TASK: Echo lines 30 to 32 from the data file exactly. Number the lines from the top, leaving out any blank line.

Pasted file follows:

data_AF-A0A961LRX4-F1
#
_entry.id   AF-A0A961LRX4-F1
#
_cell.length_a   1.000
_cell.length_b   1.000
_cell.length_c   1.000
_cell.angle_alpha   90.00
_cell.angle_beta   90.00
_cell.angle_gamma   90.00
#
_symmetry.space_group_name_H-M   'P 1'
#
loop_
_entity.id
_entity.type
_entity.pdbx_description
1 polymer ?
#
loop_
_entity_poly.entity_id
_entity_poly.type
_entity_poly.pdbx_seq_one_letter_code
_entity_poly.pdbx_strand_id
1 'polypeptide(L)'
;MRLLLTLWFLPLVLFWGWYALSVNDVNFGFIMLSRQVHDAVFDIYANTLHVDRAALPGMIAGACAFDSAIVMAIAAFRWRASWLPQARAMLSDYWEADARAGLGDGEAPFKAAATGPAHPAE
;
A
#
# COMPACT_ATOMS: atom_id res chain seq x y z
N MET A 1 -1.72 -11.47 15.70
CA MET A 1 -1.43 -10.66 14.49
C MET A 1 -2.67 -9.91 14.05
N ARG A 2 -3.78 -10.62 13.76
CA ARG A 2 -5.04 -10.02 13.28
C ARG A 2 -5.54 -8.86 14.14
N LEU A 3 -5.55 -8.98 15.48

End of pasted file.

# COMPACT_ATOMS: atom_id res chain seq x y z
N MET A 1 -1.72 -11.47 15.70
CA MET A 1 -1.43 -10.66 14.49